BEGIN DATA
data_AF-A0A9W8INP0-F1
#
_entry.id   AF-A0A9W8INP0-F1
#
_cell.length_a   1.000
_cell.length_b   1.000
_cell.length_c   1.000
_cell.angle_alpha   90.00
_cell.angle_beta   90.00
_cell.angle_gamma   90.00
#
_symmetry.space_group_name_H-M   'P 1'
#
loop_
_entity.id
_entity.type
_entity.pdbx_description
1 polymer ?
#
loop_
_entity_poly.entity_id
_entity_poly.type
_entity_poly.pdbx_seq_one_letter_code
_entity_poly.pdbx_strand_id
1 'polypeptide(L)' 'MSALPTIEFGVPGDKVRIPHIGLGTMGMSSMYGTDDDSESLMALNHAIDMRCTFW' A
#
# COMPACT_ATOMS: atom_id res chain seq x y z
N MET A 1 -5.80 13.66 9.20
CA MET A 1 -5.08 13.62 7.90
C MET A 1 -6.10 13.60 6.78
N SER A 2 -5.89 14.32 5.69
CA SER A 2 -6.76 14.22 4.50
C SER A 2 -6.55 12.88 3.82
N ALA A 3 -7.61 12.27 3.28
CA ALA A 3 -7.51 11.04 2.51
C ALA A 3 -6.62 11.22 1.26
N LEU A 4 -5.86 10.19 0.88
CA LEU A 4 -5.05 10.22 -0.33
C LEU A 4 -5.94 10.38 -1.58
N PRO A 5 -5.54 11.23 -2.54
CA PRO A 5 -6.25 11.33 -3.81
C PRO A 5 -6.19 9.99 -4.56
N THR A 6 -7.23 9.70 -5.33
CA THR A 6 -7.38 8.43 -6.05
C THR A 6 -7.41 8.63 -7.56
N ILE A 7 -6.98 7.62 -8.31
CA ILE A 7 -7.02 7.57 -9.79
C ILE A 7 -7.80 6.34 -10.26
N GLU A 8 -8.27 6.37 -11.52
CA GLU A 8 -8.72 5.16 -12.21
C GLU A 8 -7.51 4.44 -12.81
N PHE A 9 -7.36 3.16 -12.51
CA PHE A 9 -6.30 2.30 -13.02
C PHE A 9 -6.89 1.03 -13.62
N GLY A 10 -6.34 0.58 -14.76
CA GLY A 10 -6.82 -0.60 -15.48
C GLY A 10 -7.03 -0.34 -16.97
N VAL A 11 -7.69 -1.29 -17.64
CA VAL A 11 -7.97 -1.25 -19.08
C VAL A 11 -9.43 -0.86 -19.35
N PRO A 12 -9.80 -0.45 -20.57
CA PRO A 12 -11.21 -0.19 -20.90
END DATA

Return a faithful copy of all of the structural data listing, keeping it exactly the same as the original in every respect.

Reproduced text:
data_AF-A0A9W8INP0-F1
#
_entry.id   AF-A0A9W8INP0-F1
#
_cell.length_a   1.000
_cell.length_b   1.000
_cell.length_c   1.000
_cell.angle_alpha   90.00
_cell.angle_beta   90.00
_cell.angle_gamma   90.00
#
_symmetry.space_group_name_H-M   'P 1'
#
loop_
_entity.id
_entity.type
_entity.pdbx_description
1 polymer ?
#
loop_
_entity_poly.entity_id
_entity_poly.type
_entity_poly.pdbx_seq_one_letter_code
_entity_poly.pdbx_strand_id
1 'polypeptide(L)' 'MSALPTIEFGVPGDKVRIPHIGLGTMGMSSMYGTDDDSESLMALNHAIDMRCTFW' A
#
# COMPACT_ATOMS: atom_id res chain seq x y z
N MET A 1 -5.80 13.66 9.20
CA MET A 1 -5.08 13.62 7.90
C MET A 1 -6.10 13.60 6.78
N SER A 2 -5.89 14.32 5.69
CA SER A 2 -6.76 14.22 4.50
C SER A 2 -6.55 12.88 3.82
N ALA A 3 -7.61 12.27 3.28
CA ALA A 3 -7.51 11.04 2.51
C ALA A 3 -6.62 11.22 1.26
N LEU A 4 -5.86 10.19 0.88
CA LEU A 4 -5.05 10.22 -0.33
C LEU A 4 -5.94 10.38 -1.58
N PRO A 5 -5.54 11.23 -2.54
CA PRO A 5 -6.25 11.33 -3.81
C PRO A 5 -6.19 9.99 -4.56
N THR A 6 -7.23 9.70 -5.33
CA THR A 6 -7.38 8.43 -6.05
C THR A 6 -7.41 8.63 -7.56
N ILE A 7 -6.98 7.62 -8.31
CA ILE A 7 -7.02 7.57 -9.79
C ILE A 7 -7.80 6.34 -10.26
N GLU A 8 -8.27 6.37 -11.52
CA GLU A 8 -8.72 5.16 -12.21
C GLU A 8 -7.51 4.44 -12.81
N PHE A 9 -7.36 3.16 -12.51
CA PHE A 9 -6.30 2.30 -13.02
C PHE A 9 -6.89 1.03 -13.62
N GLY A 10 -6.34 0.58 -14.76
CA GLY A 10 -6.82 -0.60 -15.48
C GLY A 10 -7.03 -0.34 -16.97
N VAL A 11 -7.69 -1.29 -17.64
CA VAL A 11 -7.97 -1.25 -19.08
C VAL A 11 -9.43 -0.86 -19.35
N PRO A 12 -9.80 -0.45 -20.57
CA PRO A 12 -11.21 -0.19 -20.90